The votes are in: Nashville is “ready for Freddie.”
Freddie O’Connell, a former two-term member of the inner-city Metropolitan Council, is the 10th mayor of the Nashville metropolitan area.
On Thursday he won a decisive victory against business leader and former political strategist Alice Rolli, winning 63.8% of the 114,226 votes cast, compared to Rolli’s 36.0%.
“Tomorrow the rest of the work begins. We know we can do better together,” O’Connell said, declaring victory just after final results were reported at 8:38 p.m. “This is our chance to make Nashville a place where you want to stay and I can stay, and I want you to stay. “You are the reason Music City’s future will be even better than its past.”
His administration, he said, will be organized around how to make it easier for people to stay in Nashville. That starts with countywide investments in schools, parks and libraries, the “public resources that bring neighborhoods and neighbors together.”
“Our interactions with our local government should make us feel satisfied that a real person worked to solve our problem,” O’Connell said. “From trash to downed trees to potholes, we should be able to trust our people and the systems we use to keep this city vibrant. We’re going to make this city work for all of us.”
Earlier in the evening, cheers erupted when a screen broadcasting NewsChannel 5 showed O’Connell with a substantial early lead in his election night event at the Eastside Bowl. People in T-shirts that said “More ‘Ville, Less Vegas” and O’Connell bellboys with pizza and drinks in hand as they waited for O’Connell to take the stage. “Ready for it?” by Taylor Swift was playing over the speakers, but you could barely hear it over the hum of the increasingly packed crowd.
Making history:Women Capture Nashville’s Five At-Large Council Seats, Put Tennessee on Notice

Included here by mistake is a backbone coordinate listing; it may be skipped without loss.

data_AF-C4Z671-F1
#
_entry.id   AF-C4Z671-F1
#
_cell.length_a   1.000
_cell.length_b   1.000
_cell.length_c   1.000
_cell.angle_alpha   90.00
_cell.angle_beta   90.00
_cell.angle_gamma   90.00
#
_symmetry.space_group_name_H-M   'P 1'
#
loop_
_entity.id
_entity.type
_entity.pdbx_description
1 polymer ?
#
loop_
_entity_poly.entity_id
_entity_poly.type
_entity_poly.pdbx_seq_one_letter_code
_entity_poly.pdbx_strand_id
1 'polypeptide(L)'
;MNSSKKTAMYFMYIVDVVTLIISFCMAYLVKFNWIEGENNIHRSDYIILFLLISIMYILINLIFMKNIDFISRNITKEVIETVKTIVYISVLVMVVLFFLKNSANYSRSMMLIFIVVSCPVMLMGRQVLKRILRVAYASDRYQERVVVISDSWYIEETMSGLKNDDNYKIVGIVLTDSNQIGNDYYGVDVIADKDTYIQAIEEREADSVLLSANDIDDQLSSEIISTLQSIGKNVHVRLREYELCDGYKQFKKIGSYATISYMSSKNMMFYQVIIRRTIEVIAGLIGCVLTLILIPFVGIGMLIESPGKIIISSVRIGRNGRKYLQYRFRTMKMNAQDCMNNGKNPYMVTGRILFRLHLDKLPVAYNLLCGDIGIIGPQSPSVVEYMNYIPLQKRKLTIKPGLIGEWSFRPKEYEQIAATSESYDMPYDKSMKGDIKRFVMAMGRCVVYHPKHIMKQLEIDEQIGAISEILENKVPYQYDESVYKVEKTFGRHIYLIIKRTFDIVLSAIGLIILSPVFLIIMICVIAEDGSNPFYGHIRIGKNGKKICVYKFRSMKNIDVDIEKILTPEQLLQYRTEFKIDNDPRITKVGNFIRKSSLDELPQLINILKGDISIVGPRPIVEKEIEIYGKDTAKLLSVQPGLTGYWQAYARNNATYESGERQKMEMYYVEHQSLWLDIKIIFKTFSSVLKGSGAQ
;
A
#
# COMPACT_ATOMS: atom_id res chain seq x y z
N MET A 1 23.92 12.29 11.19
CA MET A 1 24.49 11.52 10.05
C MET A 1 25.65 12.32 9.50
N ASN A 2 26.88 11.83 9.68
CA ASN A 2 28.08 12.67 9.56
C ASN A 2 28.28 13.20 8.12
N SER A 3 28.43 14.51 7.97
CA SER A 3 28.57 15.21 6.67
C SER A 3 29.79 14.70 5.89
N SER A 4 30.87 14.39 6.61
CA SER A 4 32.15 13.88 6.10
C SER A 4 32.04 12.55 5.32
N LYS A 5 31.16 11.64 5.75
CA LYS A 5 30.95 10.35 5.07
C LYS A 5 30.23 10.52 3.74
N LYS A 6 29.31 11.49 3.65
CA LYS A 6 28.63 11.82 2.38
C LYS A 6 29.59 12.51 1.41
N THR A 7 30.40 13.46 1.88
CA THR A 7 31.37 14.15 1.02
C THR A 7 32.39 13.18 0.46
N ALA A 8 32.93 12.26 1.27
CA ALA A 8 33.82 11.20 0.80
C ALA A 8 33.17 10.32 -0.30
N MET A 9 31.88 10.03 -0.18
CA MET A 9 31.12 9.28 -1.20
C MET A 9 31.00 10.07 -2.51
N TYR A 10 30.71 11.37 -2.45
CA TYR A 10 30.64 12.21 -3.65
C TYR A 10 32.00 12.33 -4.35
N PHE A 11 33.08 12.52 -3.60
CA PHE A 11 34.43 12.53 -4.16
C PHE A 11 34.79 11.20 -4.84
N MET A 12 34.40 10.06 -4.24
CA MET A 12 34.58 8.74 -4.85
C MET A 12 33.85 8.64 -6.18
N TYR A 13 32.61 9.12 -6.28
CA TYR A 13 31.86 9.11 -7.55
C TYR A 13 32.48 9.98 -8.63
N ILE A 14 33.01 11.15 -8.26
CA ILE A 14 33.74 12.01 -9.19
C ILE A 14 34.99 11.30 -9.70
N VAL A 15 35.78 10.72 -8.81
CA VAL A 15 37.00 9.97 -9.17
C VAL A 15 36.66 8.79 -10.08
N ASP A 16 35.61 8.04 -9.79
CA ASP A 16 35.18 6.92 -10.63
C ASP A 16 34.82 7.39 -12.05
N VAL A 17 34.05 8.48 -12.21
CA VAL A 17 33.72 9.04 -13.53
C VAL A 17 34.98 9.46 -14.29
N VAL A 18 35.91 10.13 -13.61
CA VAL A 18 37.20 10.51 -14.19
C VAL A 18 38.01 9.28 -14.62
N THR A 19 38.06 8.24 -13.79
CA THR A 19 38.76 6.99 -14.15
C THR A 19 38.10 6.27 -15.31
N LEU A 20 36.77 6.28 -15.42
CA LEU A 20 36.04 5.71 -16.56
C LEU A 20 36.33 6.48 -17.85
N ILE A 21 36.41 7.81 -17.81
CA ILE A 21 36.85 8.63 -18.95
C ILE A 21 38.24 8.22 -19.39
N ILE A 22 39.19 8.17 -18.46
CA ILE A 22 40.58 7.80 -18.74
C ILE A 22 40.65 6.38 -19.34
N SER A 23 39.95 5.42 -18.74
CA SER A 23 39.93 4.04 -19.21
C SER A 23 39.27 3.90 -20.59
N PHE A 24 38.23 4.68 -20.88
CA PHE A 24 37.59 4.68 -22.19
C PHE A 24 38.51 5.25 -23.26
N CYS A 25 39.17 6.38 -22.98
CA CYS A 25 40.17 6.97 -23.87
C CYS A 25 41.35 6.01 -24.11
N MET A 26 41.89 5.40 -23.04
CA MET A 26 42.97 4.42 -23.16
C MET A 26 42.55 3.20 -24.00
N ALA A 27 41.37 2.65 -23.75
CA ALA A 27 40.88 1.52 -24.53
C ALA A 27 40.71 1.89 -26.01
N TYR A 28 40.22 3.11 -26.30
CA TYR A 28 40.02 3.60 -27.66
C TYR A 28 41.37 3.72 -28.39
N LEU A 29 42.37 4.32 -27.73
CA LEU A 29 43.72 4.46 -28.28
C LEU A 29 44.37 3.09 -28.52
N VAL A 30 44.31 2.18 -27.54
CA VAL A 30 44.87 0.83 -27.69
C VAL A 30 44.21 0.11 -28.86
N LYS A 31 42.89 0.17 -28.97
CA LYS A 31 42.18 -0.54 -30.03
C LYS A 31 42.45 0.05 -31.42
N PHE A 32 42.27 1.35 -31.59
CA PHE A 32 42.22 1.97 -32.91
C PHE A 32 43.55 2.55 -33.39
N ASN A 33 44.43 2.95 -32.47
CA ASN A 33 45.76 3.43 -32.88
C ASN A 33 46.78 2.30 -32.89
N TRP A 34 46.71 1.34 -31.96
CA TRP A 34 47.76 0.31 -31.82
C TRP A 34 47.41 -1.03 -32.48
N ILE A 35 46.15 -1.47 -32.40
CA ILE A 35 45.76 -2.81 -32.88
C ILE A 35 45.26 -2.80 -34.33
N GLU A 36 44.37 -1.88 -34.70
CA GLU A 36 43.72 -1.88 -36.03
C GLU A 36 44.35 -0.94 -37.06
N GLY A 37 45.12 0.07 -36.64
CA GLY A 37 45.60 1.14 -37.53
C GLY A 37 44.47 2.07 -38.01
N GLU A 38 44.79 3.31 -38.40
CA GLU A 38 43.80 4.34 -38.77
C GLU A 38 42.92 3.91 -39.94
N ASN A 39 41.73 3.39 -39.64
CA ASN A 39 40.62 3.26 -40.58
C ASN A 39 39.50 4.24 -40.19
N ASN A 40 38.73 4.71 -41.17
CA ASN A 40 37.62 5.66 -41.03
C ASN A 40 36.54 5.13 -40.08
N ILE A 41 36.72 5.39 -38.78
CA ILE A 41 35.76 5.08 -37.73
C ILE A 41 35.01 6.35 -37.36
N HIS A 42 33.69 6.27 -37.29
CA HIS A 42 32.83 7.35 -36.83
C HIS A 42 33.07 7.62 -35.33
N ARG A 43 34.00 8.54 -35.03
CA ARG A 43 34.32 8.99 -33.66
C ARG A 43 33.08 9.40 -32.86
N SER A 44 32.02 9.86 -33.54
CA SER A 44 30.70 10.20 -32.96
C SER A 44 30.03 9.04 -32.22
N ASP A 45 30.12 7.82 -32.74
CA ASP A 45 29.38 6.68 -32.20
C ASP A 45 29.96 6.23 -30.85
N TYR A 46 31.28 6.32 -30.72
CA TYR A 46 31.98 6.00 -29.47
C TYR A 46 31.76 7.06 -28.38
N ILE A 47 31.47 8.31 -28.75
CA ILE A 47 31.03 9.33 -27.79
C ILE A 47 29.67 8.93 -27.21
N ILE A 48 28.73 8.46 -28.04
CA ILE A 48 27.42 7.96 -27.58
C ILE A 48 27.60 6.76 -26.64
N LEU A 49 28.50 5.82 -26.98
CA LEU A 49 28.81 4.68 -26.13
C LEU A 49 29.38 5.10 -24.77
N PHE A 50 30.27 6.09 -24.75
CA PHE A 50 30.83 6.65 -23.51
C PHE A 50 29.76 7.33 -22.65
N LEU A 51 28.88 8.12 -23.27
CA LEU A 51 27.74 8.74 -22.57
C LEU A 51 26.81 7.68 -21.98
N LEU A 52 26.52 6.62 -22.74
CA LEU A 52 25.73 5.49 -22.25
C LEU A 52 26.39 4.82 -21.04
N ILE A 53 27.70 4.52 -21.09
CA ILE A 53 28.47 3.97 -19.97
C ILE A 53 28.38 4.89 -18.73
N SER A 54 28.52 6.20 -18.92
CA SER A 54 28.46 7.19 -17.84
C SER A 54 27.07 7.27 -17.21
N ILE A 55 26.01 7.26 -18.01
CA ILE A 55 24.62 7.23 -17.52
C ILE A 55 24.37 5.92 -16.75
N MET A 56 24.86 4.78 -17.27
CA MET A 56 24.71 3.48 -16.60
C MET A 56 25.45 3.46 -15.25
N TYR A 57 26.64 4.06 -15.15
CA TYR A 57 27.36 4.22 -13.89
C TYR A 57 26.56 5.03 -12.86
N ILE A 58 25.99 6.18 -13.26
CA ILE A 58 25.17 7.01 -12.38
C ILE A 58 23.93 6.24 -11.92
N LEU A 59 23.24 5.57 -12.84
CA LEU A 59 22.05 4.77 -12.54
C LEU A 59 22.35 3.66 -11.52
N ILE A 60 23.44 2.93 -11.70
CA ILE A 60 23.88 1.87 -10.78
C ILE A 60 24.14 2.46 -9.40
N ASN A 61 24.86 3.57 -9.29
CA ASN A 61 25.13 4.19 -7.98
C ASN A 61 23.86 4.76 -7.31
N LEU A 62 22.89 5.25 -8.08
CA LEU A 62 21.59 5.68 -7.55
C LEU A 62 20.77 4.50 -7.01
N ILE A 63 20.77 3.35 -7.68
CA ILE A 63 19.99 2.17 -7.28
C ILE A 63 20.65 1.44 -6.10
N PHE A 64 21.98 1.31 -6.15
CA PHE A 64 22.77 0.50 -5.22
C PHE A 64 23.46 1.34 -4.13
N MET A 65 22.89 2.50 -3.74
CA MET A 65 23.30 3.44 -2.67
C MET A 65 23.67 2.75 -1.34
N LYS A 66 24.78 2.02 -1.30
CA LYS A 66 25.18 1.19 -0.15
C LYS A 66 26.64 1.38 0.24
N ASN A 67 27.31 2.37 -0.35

District Council 30 member Sandra Sepulveda introduced O’Connell before his victory speech.
“This is not the old policy,” he said, drawing loud applause from the crowd. “This is the new leadership.”
O’Connell thanked each of his opponents in the race, saying that “we all wanted better for this city,” and also thanked his predecessor, Mayor John Cooper.
“There can never be a time in this period of Nashville’s history when we don’t remember that he led the city through some of the worst crises in our history and left us in good shape,” O’Connell said. “His efforts are incredibly important as we all try to move toward our future successes.”
A new vision of Nashville:My Neighbor Freddie O’Connell Wins Nashville Mayoral Race, Offering Hope to Residents
O’Connell dedicated the evening to his colleague Dr. Whitney Boone’s father, David, who passed away after a prolonged illness on Friday.
“We missed him terribly tonight,” he said.
Rolli took the stage at his Plaza Mariachi event at 8:40 pm to announce that he had called O’Connell to congratulate him on his victory.
“You carry the hope and best wishes of our family,” Rolli told O’Connell.
Leaving the stage shortly after 9 p.m., he asked attendees to do two things: drive safely and keep believing in Tennessee. Minutes later, a five-piece mariachi band took her place on stage and Rolli made her way through the crowd, drink in hand, giving hugs and sharing a few laughs.
“I think we made a lot of people step up and say, ‘Hey, it doesn’t have to be like this.’ We can demand better for our children. We don’t have to settle,’” Rolli said. “I like to think we raised the bar for what was possible.”
Rolli said she’s not sure she’ll return to politics anytime soon, but she hinted at it, referencing how Lamar Alexander, whose subsequent campaigns Rolli ran, lost his first run for office but later returned to serve the state. For now, she had other things on her mind.
“I have a lot of thank you notes to write,” Rolli told The Tennessean in an interview in her dressing room, far from the crowd of dancers who attended Plaza Mariachi’s regular Thursday night salsa dance. “And I have a margarita to finish.”
Live election results:Follow along as the votes are counted.
O’Connell and Rolli emerged as the top two contenders in a field of 12 candidates in the August 3 general election. For the past six weeks, the couple has laid out their diametric visions for leading Nashville.